Urban Sprawl Threatens Farmland

Pressured by extreme weather and political gridlock in Congress, the biggest threat to farms may not be a stalled Farm Bill, but urban sprawl and urban development. Over the past several generations, the percentage of Americans living in rural areas has declined. Despite available farm loans and government support to encourage more young people to enter the agricultural profession, the number of farmers continues to shrink. This population decline leaves many farmers’ prime cropland vulnerable to urban development. Despite actions by state and federal governments, including offering low-interest farm loans to farmers and purchasing easements to guarantee valuable farmland will not be developed, many government programs designed to protect cropland are falling by the wayside.
Several state agriculture departments currently manage farmland preservation programs. The mechanisms for farmland protection tends to vary, ranging from direct farm loans to buying land from farmers in order to prevent urban development. A Delaware protection program, for example, attempts to encourage young people to buy cropland currently for sale by offering them low-interest farm loans solely for buying farmland. Other programs, such as New Jersey’s Farmland Preservation Program, tend to rely on purchasing easements and forbidding urban development on valuable land. Whatever the mechanisms, state farmland preservation programs have been largely successful, with farm loans and easement creation preserving hundreds of thousands of acres of valuable agricultural land across the country.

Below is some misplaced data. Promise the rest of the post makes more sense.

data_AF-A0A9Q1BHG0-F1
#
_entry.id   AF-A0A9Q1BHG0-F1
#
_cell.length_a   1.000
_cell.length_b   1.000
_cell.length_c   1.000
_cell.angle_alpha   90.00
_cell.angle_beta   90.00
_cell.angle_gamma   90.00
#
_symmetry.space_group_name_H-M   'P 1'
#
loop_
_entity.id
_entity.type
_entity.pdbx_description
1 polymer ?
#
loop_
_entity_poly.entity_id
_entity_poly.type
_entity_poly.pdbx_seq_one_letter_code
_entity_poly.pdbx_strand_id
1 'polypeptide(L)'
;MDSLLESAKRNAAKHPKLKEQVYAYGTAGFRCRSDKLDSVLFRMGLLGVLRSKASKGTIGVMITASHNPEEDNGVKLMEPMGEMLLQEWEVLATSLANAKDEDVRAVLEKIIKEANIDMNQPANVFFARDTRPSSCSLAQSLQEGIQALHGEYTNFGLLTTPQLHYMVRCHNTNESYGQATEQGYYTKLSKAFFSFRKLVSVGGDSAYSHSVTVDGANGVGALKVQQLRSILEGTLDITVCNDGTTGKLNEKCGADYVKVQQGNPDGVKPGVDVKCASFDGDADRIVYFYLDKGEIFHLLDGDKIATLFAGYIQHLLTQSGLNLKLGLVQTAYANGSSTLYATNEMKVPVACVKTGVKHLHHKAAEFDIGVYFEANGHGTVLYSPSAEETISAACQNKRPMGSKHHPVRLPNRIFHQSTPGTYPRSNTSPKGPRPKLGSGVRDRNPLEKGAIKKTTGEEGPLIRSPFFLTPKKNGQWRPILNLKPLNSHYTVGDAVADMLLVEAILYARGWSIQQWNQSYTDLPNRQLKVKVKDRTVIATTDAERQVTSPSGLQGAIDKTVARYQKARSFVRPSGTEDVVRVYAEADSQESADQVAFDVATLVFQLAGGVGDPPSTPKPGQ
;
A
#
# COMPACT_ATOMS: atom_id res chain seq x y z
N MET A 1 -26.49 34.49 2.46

Many of these programs, however, are increasingly under threat due to faltering state economies and out of control state budgets. In Utah, for example, farm loans and grants offered through the LeRay McAlister Fund have helped stop the hemorrhaging of valuable state farmland. According to Utah Governor Gary Herbert, however, without additional money, the state cannot continue to add to the fund. This potential loss of farm loans and farm grants is particularly devastating given the combination of a struggling state economy and the expansion of major highway projects across valuable farmland. Given the economic climate, some farmers may be tempted to sell their land and retire. With funding for farm loans dwindling on a state level, many farmers are looking to Congress and the 2012 Farm Bill to provide solutions to current agricultural woes.